Today, Abbott faced Question Time for the first time as Prime Minister, where an earpiece is (currently) not allowed. At time of writing, the Parliament was debating a motion put by the annoyingly supercilious new Leader of the House, Christopher Pyne, to remove supplementary questions from Question Time — amongst other retrograde measures designed to limit parliamentary debate. All of this was utterly predictable.

And so, it seems, despite a lifetime of ambition, Tony Abbott was unprepared for the prime ministership and, once installed, has shown himself to be decidedly unequal to the task.

But it is not just him; his selection of ministers were no better suited to high office and now in situ have started the inevitable mayhem, chaos and disaster you would expect from such a gallery of rogues, miscreants and clowns.

To begin with, there has been the breathtaking arrogance of Immigration Minister Scott Morrison, who in concert with hard-eyed foreign minister and former asbestos lawyer Julie Bishop, has already seen a tense naval stand-off ensue with regional giant and our northern neighbour Indonesia, as well as a flurry of angry words exchanged in the media.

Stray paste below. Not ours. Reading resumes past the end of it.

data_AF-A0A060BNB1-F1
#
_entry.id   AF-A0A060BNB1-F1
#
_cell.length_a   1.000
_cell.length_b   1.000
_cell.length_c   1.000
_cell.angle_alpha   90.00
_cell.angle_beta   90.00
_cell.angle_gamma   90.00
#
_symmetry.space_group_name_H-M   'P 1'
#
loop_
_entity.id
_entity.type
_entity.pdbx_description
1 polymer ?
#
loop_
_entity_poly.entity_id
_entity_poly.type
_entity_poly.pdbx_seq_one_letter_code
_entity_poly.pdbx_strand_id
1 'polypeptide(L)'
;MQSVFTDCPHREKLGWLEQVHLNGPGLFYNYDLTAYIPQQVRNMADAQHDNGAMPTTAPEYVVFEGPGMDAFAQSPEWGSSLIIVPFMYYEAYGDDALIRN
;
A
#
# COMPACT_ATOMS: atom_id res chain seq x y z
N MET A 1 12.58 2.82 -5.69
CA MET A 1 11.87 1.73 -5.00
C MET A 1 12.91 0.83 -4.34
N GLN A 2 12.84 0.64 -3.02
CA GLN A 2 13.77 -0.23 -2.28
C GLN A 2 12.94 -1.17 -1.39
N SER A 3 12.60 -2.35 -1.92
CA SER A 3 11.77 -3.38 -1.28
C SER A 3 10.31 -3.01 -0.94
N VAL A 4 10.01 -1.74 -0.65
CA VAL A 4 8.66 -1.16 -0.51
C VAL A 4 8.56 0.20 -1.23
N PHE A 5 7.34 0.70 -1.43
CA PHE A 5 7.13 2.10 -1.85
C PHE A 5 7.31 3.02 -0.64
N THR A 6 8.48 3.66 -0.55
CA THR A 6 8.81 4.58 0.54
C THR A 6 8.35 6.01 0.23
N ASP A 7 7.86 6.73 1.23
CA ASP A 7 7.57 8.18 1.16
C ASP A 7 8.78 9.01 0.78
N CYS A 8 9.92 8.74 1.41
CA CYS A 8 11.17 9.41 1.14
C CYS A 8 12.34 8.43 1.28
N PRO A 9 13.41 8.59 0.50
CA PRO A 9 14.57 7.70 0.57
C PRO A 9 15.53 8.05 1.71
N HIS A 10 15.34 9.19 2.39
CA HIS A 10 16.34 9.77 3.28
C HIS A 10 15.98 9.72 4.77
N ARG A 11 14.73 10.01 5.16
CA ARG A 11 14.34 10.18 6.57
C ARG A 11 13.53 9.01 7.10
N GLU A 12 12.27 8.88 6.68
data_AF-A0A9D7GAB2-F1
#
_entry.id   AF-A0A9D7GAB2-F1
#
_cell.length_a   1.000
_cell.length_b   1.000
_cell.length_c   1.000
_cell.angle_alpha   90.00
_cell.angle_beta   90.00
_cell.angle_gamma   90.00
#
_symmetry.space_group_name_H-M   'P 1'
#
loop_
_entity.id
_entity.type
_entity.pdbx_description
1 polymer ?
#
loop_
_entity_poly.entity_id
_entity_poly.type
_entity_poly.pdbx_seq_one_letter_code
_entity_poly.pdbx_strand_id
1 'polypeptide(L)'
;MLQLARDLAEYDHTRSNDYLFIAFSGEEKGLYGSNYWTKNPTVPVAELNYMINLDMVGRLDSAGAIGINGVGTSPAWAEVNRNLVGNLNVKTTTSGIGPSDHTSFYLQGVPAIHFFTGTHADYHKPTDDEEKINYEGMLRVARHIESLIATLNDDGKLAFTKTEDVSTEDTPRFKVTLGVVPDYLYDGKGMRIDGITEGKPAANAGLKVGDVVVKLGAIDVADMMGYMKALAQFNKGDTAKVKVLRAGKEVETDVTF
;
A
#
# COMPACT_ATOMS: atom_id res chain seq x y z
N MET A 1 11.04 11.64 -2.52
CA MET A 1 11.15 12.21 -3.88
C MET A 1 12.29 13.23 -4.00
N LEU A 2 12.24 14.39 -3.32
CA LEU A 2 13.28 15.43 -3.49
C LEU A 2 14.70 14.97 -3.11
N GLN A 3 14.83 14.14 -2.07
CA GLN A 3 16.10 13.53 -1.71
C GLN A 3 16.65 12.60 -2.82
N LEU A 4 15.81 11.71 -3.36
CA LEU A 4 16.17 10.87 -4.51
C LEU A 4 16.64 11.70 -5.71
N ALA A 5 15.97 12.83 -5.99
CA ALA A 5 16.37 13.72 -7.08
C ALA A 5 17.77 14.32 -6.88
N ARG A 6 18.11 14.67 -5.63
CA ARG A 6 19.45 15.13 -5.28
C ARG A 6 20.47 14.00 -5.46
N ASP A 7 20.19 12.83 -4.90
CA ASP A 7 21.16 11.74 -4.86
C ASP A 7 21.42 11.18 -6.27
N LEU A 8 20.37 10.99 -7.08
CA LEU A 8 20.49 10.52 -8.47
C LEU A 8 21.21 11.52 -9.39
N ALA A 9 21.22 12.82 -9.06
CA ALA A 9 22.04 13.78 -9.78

Then there has been the always amusing antics of Attorney General George Brandis QC – known in certain circles as the "clown counsel" – who before the election was deeply enmeshed in various plots against Coalition enemies and, true to form, has wasted absolutely no time once in power in rewarding his favourites — his first priority as Minister being to remove the anti-discrimination legislation that saw Coalition crony and News Ltd "journalist" Andrew Bolt convicted as a racist in 2011 under s18C of the Racial Discrimination Act.